Seaweeds

Why seaweed culture?

  • High return on investment
  • Demand for seaweeds is high in the local and international markets
  • Culture period could be as short as 45 days under optimal conditions
  • Environment-friendly
  • Could be a source of supplemental income for small fisherfolk associations and people’s cooperatives

Inquiry:
Ms. Ma. Rovilla J. Luhan, AQD Researcher

Technological Viability
Seaweed Farming

The farming of the seaweed Kappaphycus can be a low-cost venture and a profitable one, with the right site. The technology can use family labor in either fixed off-bottom (“parasdas”) or single raft long-line culture. [read more]

List of Technology Adoptors
Kappaphycus (seaweeds) farming
• Fisherfolk association, Pandan, Antique  (2011)
– AQD provided technical assistance through on-site training and skills development on long-line culture method of Kappaphycus 
• Fisherfolk association, Hamtik, Antique  (2011)
– AQD provided technical assistance through on-site training and skills development on long-line culture method of Kappaphycus• Calatagan, Batangas  (2011)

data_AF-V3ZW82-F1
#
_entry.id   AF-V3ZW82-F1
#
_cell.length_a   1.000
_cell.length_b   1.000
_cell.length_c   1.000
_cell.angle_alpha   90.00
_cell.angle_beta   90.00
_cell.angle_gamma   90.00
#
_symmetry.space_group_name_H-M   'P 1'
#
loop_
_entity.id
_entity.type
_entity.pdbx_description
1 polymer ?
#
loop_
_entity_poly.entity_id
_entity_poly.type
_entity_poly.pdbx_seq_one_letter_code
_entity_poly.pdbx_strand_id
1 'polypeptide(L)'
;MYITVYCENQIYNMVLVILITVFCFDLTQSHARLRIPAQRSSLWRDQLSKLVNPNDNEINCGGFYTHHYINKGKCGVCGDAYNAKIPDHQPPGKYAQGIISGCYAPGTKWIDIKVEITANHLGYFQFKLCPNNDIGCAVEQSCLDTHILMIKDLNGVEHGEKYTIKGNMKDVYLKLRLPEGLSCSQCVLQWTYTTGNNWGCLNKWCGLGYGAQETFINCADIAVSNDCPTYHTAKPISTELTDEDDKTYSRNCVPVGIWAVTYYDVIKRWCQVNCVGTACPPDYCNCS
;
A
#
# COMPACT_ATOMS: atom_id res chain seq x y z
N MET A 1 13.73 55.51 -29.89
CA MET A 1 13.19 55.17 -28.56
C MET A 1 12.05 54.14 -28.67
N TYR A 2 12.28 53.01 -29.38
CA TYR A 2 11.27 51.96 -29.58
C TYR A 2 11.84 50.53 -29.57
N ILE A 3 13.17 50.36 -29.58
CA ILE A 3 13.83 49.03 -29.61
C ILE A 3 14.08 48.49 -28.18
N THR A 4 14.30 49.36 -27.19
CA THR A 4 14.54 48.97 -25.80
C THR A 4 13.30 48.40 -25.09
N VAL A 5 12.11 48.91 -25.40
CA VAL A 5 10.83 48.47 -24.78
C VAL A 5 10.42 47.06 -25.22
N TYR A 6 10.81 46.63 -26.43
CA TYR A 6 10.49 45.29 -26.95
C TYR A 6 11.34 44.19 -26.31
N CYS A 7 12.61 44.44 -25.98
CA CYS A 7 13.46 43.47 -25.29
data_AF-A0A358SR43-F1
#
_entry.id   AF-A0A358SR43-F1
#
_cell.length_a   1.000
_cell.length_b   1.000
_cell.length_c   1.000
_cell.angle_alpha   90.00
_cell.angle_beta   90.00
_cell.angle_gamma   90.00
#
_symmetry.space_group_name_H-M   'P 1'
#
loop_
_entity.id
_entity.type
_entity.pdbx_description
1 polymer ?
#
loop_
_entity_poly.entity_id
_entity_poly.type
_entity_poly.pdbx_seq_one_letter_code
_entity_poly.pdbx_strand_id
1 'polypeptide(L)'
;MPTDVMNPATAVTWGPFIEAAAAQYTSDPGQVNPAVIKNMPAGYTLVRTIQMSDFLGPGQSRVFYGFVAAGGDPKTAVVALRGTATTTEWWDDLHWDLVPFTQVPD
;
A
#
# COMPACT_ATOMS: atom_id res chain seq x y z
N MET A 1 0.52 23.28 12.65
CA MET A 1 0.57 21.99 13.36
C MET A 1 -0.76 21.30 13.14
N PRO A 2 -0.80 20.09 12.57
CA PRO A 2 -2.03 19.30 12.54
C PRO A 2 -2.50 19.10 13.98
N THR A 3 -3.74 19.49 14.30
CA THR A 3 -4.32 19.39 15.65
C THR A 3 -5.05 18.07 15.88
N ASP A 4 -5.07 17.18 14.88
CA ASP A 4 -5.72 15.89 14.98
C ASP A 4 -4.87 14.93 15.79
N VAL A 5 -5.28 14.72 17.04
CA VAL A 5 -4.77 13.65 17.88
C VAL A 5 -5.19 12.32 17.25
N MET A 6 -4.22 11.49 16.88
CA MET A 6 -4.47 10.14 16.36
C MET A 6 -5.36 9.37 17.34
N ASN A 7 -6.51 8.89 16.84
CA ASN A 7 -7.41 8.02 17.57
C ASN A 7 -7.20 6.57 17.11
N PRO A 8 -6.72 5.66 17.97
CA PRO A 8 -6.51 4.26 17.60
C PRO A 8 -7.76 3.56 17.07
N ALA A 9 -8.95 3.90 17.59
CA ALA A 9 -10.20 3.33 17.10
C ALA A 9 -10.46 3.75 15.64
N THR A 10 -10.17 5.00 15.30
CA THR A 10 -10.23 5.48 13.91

– AQD distributed seedlings of Kappaphycus for grow-out

• Sorsogon, Albay  (2011)
– AQD distributed seedlings of Kappaphycus for grow-out

• Marbuena Island Resort, Ajuy, Iloilo (1999, raft long-line method)
– AQD provided technical assistance through on-site training and skills development for representatives of the fisherfolk association

• Parara Norte Small Fisherfolks Association, Parara Norte, Tigbauan, Iloilo (2003)

 

 

 

Post-harvest processing of Gracilaria

• Leganes, Iloilo (2011); Roxas City, Capiz (2011)
– AQD conducted workshop on small-scale aquaculture & livelihood ventures and the preparation of food recipes with seaweeds (Gracilaria) as the main ingredient

AQD’s Work on Seaweeds

AQD began its work on seaweeds in late 1980s. The primary aim is to increase production of seaweeds in the Philippines by modifying culture practices and developing new strains of cultivable seaweeds. Land- and sea-based nursery techniques are being developed to supply healthy seedling to farmers. Capability of seaweeds as extractive species is promoted in integrated aquaculture.

For Gracilaria and Kappaphycus in particular, AQD researchers have developed techniques for farming Kappaphycus and culture of Gracilaria in tanks, established methods for growing Kappaphycus and Gracilaria from spores or tissues in the laboratory, explored the use of Gracilaria as biofilter in a recirculating water system for milkfish broodstock and as well as in brackishwater ponds, and collected a lot of samples of seaweeds from the wild for characterization of agar/ carrageenan quality as well as genetic profiling.

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